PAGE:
Trial of brutal murder of Bangladeshi maid in KSA
Frightening details have emerged of a female Bangladeshi domestic worker who was tortured and killed at her employer's house in Saudi Arabia. According to a report in The Daily Star published on Friday, Abiron Begum Ansar, a 40-year-old maid from Khulna who went to the kingdom in 2017, had to endure unspeakable horrors while cooped up in a Saudi household of eight members. According to her family, during her stay there, she was brutally tortured. Her employers would not give her food, and they would beat her, pour hot water on her body, and even put her head into a grill, they alleged. At one point, her family completely lost communication with her. After her lifeless body was flown back to Bangladesh on October 24, 2019—before being kept in a Saudi mortuary for seven months—family members who saw the corpse described it as "so horrible that we could not look at it".
This could have been yet another case of torture-leading-to-death of a hapless migrant worker, a group that remains as inconspicuous in their life as in their death. But subsequent developments in Abiron's case offer hope that justice, however delayed, may not be denied. The Daily Star report mentions progress in the trial of the case in a Saudi court, a rare instance in the country. The three accused arrested in the murder case have been denied bail, and the court will hear their case on January 20. If the victim family's demand for Qisas (or retributive justice), which forms part of the law in Saudi Arabia, is honoured, it will serve as a deterrent for other exploitative employers and set a legal precedent for similar cases in the future. This is especially significant for Bangladesh, which had to see about 500 bodies of its female migrant workers flown back over the last five years, at least 200 of them from Saudi Arabia alone. The law must be evenly applied to all responsible for those deaths, and Bangladesh must do everything within its power to ensure that justice is served and the usual suspects for the migrants' misfortune—local agents, recruiting agencies and corrupt government officials—aren't let off the hook.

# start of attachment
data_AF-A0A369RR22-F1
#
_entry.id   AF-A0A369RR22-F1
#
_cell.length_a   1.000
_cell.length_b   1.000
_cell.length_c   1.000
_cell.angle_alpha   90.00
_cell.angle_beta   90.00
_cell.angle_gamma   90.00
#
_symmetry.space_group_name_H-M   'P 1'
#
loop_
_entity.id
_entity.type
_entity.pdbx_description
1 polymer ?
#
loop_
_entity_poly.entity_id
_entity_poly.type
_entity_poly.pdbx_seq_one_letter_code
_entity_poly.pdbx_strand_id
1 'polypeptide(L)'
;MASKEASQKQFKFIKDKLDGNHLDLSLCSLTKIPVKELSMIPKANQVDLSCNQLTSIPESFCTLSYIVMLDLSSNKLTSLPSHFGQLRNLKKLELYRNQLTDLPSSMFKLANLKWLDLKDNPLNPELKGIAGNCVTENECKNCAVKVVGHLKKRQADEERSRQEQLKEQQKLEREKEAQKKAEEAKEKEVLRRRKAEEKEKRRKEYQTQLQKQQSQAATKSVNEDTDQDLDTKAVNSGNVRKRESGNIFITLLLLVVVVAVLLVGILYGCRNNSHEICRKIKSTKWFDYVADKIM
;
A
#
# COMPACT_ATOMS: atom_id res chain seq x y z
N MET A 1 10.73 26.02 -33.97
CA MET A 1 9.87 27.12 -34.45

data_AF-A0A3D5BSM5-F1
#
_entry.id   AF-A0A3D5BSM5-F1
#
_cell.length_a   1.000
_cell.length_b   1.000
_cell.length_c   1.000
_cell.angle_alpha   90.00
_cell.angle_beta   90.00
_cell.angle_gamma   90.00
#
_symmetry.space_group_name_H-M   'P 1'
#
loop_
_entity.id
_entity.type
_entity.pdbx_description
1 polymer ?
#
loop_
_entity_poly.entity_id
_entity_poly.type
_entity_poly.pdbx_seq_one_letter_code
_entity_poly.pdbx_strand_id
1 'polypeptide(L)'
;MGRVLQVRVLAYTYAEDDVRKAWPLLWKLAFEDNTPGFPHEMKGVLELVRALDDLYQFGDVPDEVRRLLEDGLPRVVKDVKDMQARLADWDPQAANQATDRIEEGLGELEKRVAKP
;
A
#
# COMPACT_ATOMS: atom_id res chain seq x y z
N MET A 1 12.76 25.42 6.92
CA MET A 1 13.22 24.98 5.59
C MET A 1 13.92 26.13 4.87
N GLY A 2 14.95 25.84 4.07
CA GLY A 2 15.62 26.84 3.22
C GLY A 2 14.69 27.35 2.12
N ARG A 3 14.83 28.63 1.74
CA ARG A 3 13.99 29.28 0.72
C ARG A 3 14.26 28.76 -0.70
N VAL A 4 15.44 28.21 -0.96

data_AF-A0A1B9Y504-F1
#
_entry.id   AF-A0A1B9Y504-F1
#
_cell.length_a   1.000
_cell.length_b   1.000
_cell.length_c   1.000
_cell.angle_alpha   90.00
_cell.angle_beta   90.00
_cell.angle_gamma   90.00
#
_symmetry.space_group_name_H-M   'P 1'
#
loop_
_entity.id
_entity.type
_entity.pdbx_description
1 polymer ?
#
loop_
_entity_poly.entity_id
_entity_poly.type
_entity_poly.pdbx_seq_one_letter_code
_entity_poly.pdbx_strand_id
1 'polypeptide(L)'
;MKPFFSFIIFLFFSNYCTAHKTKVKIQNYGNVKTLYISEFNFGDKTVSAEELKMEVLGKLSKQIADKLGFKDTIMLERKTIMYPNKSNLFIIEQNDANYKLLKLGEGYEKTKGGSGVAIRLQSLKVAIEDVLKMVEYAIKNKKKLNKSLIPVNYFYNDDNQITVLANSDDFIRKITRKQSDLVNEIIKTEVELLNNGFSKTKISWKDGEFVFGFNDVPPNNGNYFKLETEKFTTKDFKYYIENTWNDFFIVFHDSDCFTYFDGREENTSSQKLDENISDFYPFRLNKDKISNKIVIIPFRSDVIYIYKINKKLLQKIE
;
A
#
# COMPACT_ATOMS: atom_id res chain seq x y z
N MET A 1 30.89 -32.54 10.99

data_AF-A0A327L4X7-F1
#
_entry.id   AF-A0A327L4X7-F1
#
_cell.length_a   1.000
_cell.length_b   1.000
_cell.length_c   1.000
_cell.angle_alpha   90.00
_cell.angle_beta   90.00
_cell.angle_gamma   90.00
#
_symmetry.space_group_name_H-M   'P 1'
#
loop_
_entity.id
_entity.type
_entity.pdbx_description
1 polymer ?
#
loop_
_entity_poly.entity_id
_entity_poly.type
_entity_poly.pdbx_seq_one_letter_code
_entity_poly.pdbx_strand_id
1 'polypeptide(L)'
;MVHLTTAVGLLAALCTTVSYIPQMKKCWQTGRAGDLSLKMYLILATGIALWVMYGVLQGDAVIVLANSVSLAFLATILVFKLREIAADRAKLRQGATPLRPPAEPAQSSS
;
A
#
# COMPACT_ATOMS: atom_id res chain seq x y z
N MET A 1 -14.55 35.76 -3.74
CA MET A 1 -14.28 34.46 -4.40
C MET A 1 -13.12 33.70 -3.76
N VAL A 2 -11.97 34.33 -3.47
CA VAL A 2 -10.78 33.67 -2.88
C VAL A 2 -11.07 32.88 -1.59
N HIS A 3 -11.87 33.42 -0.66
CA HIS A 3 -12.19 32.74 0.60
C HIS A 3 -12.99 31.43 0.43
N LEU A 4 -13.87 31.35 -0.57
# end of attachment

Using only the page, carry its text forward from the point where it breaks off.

Abiron's case also brings renewed attention to the deeply exploitative global multi-billion-dollar migration industry, where migrants, especially domestic workers, are subjected to frequent abuse with few rights and little freedom. Domestic workers, mostly women, have to suffer a litany of exploitation at the hands of their employers including forced labour, beatings, sexual assault and underpayment. But their sufferings and deaths often remain unacknowledged. Given how this industry works, involving multiple stakeholders, the policy options for both labour-sending and labour-receiving countries may be limited. But each has a duty to do its own part, in curbing corruption and reducing sufferings. The Bangladesh government must work harder and collaborate with its partners and counterparts to give its large migrant workforce a fighting chance to live and work with dignity.